Garlic and Arts Fest emphasizes environmental education

  • A wireframe globe at the North Quabbin Garlic and Arts Festival was decorated with strips of fabric stating visitors’ hopes for environmental changes. STAFF PHOTO/MAX MARCUS

  • Signs like this were posted around the North Quabbin Garlic and Arts Festival for children to write their ideas of how to improve our environmental impact. STAFF PHOTO/MAX MARCUS

Staff Writer
Published: 9/29/2019 11:52:28 PM

ORANGE — The emphasis on environmental responsibility at the North Quabbin Garlic and Arts Festival was specially extended to the younger visitors this year.

Outside the kids’ tent, a sign was posted with pictures of wild animals and natural landscapes, and slogans like “Plastic not fantastic,” and “We deserve clean air and water.”

This was the “clean air and water” sign. Four others around the festival grounds had other topics — “healthy food,” “access to nature,” “climate and community resiliency” and “sustainable environment.”

The idea was for kids to find the signs and stick notes on them with ideas of how that specific aspect of our relationship with the environment could be improved, said Nina Wellen, the festival organizer who coordinated the kids’ activities.

Many of the ideas were commonplace, like “turn off the lights,” or “compost” — “all that great stuff that’s good for the planet,” Wellen said.

But hopefully, she said, kids would learn things from the festival itself — which is known for having a theme of environmental responsibility and sustainability — and apply them to their own lives.

“This is a mini-community,” Wellen said. “We want people to understand that, and bring it back to support their own local communities.”

If kids dutifully found all the signs, they would be led to the festival’s “Portal to the Future,” an area that showcases practical applications of renewable energy sources like solar power.

There they would find a wireframe globe, at least five feet in diameter, decorated with strips of fabric. The strips were attached by visitors at the festival, who each wrote their own hopes for a better environmental future on their strip before attaching it, explained Jance Kurkoski, a festival organizer and member of North Quabbin Energy, a group mostly made up of members of the municipal energy committees. Kurkoski is on the Warwick Buildings and Energy Committee.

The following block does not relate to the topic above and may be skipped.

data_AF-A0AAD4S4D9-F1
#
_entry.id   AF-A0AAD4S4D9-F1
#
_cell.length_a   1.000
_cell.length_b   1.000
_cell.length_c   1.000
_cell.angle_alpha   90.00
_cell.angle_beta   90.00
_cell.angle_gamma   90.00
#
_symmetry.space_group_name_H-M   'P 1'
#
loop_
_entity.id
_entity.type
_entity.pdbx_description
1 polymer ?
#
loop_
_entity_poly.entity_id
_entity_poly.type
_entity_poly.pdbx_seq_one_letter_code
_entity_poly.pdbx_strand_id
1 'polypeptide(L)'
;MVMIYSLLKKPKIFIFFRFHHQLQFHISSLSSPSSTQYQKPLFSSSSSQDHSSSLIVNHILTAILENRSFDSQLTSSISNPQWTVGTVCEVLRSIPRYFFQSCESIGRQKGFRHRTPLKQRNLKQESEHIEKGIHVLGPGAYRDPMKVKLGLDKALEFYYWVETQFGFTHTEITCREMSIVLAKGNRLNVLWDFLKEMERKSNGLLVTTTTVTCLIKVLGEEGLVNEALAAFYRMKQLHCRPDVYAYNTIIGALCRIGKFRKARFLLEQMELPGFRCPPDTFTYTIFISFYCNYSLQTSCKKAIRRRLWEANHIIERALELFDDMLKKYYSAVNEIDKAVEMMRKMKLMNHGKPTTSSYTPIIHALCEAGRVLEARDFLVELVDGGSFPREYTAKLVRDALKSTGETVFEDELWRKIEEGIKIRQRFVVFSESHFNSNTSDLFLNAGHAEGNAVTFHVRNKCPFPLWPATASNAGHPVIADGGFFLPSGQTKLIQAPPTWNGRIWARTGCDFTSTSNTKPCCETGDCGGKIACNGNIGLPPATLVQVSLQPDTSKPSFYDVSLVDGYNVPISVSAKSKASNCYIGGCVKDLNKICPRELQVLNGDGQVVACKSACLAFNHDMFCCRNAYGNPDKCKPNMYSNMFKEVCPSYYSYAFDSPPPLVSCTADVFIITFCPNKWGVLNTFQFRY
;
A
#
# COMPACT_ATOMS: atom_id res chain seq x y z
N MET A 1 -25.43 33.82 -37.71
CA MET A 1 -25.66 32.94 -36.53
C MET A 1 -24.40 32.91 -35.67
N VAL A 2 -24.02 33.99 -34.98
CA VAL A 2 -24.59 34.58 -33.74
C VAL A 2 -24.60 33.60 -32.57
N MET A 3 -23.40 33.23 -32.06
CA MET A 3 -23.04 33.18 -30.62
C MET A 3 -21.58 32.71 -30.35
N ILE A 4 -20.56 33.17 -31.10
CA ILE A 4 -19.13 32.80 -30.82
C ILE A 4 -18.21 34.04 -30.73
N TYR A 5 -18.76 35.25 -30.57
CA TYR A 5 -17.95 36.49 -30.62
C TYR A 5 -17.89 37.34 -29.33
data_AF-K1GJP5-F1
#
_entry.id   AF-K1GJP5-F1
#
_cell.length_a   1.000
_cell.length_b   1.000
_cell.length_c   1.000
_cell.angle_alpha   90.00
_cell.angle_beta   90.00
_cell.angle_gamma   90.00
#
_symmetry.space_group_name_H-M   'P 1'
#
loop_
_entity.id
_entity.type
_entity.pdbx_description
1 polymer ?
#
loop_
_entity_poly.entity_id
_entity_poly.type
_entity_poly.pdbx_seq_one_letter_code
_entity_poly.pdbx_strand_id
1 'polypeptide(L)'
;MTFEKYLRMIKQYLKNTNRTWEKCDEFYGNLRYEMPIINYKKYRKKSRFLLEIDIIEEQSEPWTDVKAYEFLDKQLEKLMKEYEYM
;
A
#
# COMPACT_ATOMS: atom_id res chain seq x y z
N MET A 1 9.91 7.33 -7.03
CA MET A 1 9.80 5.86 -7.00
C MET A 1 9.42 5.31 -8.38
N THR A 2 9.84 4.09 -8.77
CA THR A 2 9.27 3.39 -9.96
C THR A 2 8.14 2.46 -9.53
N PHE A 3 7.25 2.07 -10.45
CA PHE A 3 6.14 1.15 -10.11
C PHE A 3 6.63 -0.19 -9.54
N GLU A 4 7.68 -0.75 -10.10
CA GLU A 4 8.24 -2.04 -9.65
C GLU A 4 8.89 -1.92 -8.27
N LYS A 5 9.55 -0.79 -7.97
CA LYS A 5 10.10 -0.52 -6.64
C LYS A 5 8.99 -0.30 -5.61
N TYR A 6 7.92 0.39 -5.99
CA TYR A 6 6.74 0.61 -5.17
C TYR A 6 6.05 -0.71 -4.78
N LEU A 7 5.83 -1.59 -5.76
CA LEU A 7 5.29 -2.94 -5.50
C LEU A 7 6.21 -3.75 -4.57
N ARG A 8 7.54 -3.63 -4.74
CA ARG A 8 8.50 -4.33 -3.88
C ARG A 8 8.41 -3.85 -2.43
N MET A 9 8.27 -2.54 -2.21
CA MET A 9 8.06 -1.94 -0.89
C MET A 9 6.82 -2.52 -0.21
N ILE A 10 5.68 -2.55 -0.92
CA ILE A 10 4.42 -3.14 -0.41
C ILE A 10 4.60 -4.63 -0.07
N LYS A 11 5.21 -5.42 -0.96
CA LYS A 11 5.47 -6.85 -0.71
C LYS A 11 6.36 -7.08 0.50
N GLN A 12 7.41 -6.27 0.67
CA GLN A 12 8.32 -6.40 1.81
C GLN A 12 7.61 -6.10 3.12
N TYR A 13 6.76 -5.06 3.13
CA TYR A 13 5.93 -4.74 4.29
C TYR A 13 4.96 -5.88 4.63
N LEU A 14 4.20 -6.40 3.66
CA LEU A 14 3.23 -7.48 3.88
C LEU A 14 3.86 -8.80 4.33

“When people talk about climate change and climate crisis, it’s depressing. So let’s talk about what we can do, instead of what we can’t,” Kurkoski said. “Especially for young people, who could just throw up their hands.”

The globe was popular with both adults and kids, Kurkoski said.

At a nearby booth, kids would spin a wheel for an environmental trivia question — which their tour of the signs should have prepared them for. The questions were open-ended, focusing on what improvements kids could make in their own lives in the five categories of the signs, said Colby O’Connel, who is a senior at Montachusett Regional Vocational Technical School. “I’m a machinist, but here I’m a political activist,” he said.

The participation prize for the trivia game was a voucher to make and decorate a reusable cloth bag at another booth, O’Connel said.

Wellen said that these ideas were new this year, and may be revised for next year’s festival. For instance, the five signs posted around the festival grounds may have been more understandable if they had been posted nearby to one another, so that they could be taken in all at once, she said.

Reach Max Marcus at mmarcus@recorder.com or 413-772-0261 ext. 261.




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